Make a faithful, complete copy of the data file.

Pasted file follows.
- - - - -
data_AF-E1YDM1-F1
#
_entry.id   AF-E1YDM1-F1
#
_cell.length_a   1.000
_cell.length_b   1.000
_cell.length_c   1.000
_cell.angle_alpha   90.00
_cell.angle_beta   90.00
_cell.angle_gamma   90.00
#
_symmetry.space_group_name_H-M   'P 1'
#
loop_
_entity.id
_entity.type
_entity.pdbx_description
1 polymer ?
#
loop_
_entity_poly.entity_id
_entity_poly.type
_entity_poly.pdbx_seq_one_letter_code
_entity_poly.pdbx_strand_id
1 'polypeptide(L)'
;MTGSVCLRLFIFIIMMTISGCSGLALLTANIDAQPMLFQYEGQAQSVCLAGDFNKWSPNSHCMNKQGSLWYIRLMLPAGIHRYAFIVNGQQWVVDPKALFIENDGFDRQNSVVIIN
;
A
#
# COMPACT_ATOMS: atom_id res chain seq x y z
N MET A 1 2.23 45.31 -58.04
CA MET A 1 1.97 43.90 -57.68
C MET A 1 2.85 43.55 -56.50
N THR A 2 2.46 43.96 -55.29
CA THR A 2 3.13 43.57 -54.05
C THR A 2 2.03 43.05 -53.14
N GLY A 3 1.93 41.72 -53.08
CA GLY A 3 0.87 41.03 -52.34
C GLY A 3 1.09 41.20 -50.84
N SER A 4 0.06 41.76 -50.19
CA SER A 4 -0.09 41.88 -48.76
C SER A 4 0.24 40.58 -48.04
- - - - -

data_AF-E1YDM1-F1
#
_entry.id   AF-E1YDM1-F1
#
_cell.length_a   1.000
_cell.length_b   1.000
_cell.length_c   1.000
_cell.angle_alpha   90.00
_cell.angle_beta   90.00
_cell.angle_gamma   90.00
#
_symmetry.space_group_name_H-M   'P 1'
#
loop_
_entity.id
_entity.type
_entity.pdbx_description
1 polymer ?
#
loop_
_entity_poly.entity_id
_entity_poly.type
_entity_poly.pdbx_seq_one_letter_code
_entity_poly.pdbx_strand_id
1 'polypeptide(L)'
;MTGSVCLRLFIFIIMMTISGCSGLALLTANIDAQPMLFQYEGQAQSVCLAGDFNKWSPNSHCMNKQGSLWYIRLMLPAGIHRYAFIVNGQQWVVDPKALFIENDGFDRQNSVVIIN
;
A
#
# COMPACT_ATOMS: atom_id res chain seq x y z
N MET A 1 2.23 45.31 -58.04
CA MET A 1 1.97 43.90 -57.68
C MET A 1 2.85 43.55 -56.50
N THR A 2 2.46 43.96 -55.29
CA THR A 2 3.13 43.57 -54.05
C THR A 2 2.03 43.05 -53.14
N GLY A 3 1.93 41.72 -53.08
CA GLY A 3 0.87 41.03 -52.34
C GLY A 3 1.09 41.20 -50.84
N SER A 4 0.06 41.76 -50.19
CA SER A 4 -0.09 41.88 -48.76
C SER A 4 0.24 40.58 -48.04